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Go Back   SailNet Community > Boat Builders Row > Orphan Brands > Fraser Built Sailboats
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Thread: Fraser Built Sailboats Reply to Thread
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Topic Review (Newest First)
2 Weeks Ago 04:09 PM
southbound
Re: Fraser Built Sailboats

Quote:
Originally Posted by erps View Post
Chain plate work is actually on our to do list next year so we won't have to throw the boat away.
No, you never HAVE to throw the boat away. No matter what issues a boat might have, there will always be a dollar figure that will save it.
2 Weeks Ago 04:06 PM
southbound
Re: Fraser Built Sailboats

Quote:
Originally Posted by Brent Swain View Post
Nothing better that chain[plates bolted to the outside of a plastic hull . Easy change to make
All depends on the boat. Many have cored hulls above the water line and I can't think of a worse idea than through-bolting through a cored hull. But other than that (and the fact that, to me, external chainplates are really ugly), there isn't anything wrong with putting them on the outside, so long as it is done well.
2 Weeks Ago 10:10 PM
erps
Re: Fraser Built Sailboats

Quote:
I'm just curious. Has anyone actually had an issues with the chain plates? And by anyone I mean owners of Fraser boats.
We don't know whether we have issues yet, but the chain plates always concerned me because we couldn't inspect them. Once we start digging into one or two next year, we'll have an idea whether they all have to be done or not. I don't think Aire put the chain plates in all his boats, so different owners may have had different ideas on how the job should be done.
2 Weeks Ago 07:23 PM
Faster
Re: Fraser Built Sailboats

Have you seen this thread? Not a Fraser.. but perhaps (not sure) similar technique.

http://www.sailnet.com/forums/gear-m...placement.html
2 Weeks Ago 06:48 PM
jbanderson50 I'm just curious. Has anyone actually had an issues with the chain plates? And by anyone I mean owners of Fraser boats. It clear what mr swains onion is on them being glassed in and I have no problem with anyone having an opinion. But have the Fraser boat had a history of chain plate issues or is this just a perceived problem?
I work in aviation and there are lots of parts that have glassed in fasteners. Weather it be threaded inserts or studs. The key is weather they were constructed correctly in the first place.
does anyone have a drawing of how the chain plates were installed?
I came across the Fraser 41 because it was listed by several consultants as a good boat for offshore cruising. I wouldn't think they would recommend the Fraser if there were major issues with the design of the vessel.
2 Weeks Ago 05:13 PM
Brent Swain
Re: Fraser Built Sailboats

If there are no bolts on the glassed in chain plates and you want to go for external chain plates taping into the old ones will give you the most leak proof holes you can get, treating the old ones as backup plates. Water is less likely to leak thru treads than thru smooth thru bolts.
2 Weeks Ago 05:15 PM
erps
Re: Fraser Built Sailboats

Quote:
While Fraser wasn't alone in this practice (many IPs and some Passports utilize(d) embedded chainplates), I can't think of any excuse for it. Seems like it creates a disposable boat.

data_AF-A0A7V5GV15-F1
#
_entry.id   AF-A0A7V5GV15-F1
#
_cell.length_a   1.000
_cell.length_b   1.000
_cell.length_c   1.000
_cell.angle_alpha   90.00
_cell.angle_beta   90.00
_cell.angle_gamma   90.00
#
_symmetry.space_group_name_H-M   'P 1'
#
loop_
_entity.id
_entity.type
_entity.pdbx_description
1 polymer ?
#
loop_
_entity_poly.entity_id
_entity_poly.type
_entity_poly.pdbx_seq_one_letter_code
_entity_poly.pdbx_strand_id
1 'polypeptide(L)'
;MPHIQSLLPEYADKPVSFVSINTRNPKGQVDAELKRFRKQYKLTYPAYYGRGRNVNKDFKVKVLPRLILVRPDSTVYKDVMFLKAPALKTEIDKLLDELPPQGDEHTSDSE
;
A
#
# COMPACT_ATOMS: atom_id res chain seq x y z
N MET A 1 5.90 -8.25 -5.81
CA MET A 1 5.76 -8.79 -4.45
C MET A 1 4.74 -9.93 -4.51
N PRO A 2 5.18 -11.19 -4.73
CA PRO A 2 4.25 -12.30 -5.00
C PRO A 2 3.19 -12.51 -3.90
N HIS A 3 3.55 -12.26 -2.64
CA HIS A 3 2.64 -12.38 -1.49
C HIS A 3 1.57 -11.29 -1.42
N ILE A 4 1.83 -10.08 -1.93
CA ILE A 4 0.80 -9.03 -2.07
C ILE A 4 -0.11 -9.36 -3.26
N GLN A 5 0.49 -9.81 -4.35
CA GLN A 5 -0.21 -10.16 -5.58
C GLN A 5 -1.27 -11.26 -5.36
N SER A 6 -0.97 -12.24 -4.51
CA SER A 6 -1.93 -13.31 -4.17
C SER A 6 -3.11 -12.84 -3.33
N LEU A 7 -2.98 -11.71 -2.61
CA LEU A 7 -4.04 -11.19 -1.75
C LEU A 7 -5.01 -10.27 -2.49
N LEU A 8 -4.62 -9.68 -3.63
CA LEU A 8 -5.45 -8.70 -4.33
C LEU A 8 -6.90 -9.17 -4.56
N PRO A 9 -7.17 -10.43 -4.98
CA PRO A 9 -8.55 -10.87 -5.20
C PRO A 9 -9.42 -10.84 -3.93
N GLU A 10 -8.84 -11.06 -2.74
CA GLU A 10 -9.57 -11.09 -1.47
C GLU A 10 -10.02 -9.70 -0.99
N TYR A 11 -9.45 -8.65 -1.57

Chain plate work is actually on our to do list next year so we won't have to throw the boat away.
2 Weeks Ago 05:54 PM
Brent Swain
Re: Fraser Built Sailboats

Nothing better that chain[plates bolted to the outside of a plastic hull . Easy change to make
2 Weeks Ago 04:02 PM
southbound
Re: Fraser Built Sailboats

Quote:
Originally Posted by Brent Swain View Post
As 40 ft plastic boats go, Fraser 41s and 42s were some of the best offshore cruising boats built. Compared to Beneteaus Hunters and Catalinas, they are twice the boat at half the price. Moderate deadrise gives them a very comfortable motion at sea. Good hull balance with a moderate sized transom gives them good directional stability. Some of their rudders look a bit fragile but I have never heard of anyone losing one. A long ,wide keel attachment to the hull with inside ballast means no chance of losing a keel and no worries about keel bolts. The hull deck joint with the deck molding turned upward and sandwiching against the extended hull, is one of the best made, similar to the Rawson 30. Minimizes chances of leaks along the rail. One could bolt stanchion bases to them especially with a solid top rail, eliminating thru deck bolts, and the leaks they cause. Those I have seen have 30 inch high stanchions, far better than most stock boats.( Like a bendycatahunt)
I was seriously looking at Frasers at one point until it appeared that most had glassed in chainplates. If true, this strikes me a bit like welding an engine into an automobile. When even the inspection of chainplates requires sawing through joinery and grinding away the hull from the inside, chainplates are likely to be neglected to the extent that catastrophic rig failure becomes a real threat. And replacing the chainplates could require through-bolting from the outside of the hull. While Fraser wasn't alone in this practice (many IPs and some Passports utilize(d) embedded chainplates), I can't think of any excuse for it. Seems like it creates a disposable boat.
2 Weeks Ago 12:57 AM
jbanderson50 Thanks everyone for your responses. I'm now looking at Homer's Odyssey for sale in Guatemala. So if everything goes well I will hopefully be able to join the ranks of Fraser owners soon.
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